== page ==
The Skylarks are busy, here at Aust near Bristol.
The RSPB says, “Its recent and dramatic population declines make it a Red List species.” According to The State of the UK’s Birds, the long-term population trend for Skylarks is a 59% decline from 1970–2015. For every five Skylarks in 1970 there are just two left now.
The Severn Bridge is a spectacular backdrop for their display. There’s a noisy reminder of our military as well as our industrial priorities overhead:
It’s drowning out their song.
It’s tricky to capture photographs of them:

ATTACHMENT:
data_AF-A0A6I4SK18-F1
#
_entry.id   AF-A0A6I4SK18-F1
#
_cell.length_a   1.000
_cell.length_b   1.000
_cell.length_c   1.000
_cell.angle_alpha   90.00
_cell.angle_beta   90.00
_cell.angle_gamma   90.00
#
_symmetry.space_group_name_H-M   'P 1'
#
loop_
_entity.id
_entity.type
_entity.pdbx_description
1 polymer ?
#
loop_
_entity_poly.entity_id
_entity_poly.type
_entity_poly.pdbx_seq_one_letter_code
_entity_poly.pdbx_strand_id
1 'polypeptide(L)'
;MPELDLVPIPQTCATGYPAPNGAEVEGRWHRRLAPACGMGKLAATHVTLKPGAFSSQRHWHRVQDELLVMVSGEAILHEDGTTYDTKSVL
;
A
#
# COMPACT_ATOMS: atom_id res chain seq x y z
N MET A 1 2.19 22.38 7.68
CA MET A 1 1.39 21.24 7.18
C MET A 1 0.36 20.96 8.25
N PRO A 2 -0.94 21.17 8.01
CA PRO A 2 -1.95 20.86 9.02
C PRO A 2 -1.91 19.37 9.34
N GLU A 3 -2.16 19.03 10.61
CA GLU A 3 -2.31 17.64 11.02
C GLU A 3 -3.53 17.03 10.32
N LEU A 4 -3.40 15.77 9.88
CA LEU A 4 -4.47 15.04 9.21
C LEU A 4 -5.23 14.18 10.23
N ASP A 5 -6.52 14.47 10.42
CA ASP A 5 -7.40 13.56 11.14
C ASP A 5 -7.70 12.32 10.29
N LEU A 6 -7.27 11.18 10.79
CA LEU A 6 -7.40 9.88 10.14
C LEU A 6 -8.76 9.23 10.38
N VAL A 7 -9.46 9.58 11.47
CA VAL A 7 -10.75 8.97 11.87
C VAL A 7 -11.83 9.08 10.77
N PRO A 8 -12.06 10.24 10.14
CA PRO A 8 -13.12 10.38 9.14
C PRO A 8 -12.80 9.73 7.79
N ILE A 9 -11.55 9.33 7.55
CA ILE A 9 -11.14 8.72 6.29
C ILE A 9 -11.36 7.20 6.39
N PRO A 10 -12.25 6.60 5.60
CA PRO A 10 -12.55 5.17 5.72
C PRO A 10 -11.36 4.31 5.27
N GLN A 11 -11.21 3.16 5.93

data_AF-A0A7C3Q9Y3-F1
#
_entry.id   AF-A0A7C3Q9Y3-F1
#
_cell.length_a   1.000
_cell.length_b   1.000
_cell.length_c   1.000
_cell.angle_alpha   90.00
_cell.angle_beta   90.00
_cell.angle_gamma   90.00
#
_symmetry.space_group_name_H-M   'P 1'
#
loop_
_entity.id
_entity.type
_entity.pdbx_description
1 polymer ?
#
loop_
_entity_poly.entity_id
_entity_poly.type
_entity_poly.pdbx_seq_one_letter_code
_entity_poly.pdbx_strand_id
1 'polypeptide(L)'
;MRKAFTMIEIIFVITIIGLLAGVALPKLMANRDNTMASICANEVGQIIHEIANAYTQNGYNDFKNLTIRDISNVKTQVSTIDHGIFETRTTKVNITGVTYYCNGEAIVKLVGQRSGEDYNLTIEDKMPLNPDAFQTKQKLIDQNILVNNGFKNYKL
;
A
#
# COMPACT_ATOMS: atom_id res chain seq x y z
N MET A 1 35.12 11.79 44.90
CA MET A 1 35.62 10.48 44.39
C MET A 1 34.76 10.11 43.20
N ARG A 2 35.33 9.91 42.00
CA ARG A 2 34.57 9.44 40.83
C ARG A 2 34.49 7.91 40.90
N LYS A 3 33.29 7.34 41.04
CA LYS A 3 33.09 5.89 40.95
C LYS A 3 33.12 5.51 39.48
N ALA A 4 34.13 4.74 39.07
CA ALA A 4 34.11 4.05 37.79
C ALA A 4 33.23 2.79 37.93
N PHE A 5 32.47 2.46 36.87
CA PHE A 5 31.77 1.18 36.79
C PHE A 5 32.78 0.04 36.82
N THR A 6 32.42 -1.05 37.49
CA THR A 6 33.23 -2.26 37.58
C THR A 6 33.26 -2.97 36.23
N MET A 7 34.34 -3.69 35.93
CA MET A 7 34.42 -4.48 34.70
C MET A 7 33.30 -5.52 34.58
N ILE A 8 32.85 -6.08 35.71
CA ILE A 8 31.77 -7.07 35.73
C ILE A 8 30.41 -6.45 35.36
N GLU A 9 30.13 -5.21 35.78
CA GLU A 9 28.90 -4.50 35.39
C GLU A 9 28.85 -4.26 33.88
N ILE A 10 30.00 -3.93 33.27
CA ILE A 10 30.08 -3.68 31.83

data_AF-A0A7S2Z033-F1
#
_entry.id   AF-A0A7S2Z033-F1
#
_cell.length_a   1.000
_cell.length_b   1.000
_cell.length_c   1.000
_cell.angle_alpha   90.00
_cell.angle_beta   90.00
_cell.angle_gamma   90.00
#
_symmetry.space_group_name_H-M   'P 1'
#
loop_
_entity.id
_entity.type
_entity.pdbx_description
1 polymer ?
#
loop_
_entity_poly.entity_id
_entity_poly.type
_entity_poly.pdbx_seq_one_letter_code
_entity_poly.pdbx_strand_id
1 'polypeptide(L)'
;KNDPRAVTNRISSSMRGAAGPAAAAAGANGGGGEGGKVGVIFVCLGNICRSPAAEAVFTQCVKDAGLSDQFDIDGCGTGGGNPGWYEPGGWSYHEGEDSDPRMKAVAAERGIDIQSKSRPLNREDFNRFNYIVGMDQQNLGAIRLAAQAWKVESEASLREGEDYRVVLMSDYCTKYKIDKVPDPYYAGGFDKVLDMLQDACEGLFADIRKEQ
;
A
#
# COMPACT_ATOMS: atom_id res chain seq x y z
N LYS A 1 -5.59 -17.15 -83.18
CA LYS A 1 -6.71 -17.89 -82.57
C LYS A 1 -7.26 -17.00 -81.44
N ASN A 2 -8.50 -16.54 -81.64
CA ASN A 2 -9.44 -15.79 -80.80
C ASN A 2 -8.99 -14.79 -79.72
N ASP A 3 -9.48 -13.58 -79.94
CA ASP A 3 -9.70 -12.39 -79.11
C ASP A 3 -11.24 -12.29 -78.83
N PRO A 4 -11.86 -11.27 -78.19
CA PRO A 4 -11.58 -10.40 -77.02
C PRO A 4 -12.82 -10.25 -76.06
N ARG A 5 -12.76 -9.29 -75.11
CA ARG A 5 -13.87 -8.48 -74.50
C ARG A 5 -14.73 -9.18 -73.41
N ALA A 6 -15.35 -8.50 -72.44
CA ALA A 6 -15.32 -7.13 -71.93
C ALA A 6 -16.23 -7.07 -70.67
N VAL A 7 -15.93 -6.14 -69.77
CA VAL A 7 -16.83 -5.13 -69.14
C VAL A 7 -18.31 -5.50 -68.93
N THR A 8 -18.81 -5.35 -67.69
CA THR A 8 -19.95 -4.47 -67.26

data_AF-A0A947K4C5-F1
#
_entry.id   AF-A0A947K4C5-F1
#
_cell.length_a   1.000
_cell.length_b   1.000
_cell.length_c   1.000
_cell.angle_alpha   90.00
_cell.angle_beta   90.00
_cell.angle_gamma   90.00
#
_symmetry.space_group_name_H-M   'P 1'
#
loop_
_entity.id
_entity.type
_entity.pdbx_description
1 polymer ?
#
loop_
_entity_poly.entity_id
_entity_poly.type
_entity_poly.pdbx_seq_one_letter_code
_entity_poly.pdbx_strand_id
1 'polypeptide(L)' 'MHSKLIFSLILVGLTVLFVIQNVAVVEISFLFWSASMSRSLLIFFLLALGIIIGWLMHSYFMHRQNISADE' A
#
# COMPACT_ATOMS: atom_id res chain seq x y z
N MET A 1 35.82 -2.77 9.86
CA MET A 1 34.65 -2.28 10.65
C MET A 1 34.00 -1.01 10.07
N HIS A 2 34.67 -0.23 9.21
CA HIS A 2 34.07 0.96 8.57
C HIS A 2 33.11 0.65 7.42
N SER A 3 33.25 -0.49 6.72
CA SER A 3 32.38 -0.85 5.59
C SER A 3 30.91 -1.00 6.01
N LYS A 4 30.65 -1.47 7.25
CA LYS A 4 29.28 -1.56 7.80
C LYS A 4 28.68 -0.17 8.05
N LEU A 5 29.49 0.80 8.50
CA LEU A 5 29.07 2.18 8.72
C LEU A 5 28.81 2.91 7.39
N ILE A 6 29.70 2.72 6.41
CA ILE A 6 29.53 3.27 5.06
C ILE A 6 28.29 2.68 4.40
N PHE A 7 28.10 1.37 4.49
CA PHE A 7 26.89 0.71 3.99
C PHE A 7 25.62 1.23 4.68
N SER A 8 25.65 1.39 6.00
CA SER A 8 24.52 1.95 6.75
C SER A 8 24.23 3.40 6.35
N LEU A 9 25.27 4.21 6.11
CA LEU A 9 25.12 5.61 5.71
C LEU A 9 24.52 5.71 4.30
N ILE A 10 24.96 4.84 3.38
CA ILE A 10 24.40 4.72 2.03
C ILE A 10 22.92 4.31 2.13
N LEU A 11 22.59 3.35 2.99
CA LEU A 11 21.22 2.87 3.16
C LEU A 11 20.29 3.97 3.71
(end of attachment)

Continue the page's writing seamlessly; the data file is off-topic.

Skylarks were probably always rare specialists. They would originally have been birds of salt marsh and steppe grassland. Our agricultural revolution meant a huge growth in their population. A consequence of us chopping and burning all our forests to make space for crops was that we made space for them too.
Now, our industrial agriculture is killing them. You can talk all you like about agri-environment schemes, crop spraying, winter stubble and field edges; that doesn’t change the fact that in Britain millions of Skylarks have had nothing to eat, nothing to drink and nowhere for their families to live.
Here, at Aust, they are free to live in their original habitat. They are living life on the edge; as are we.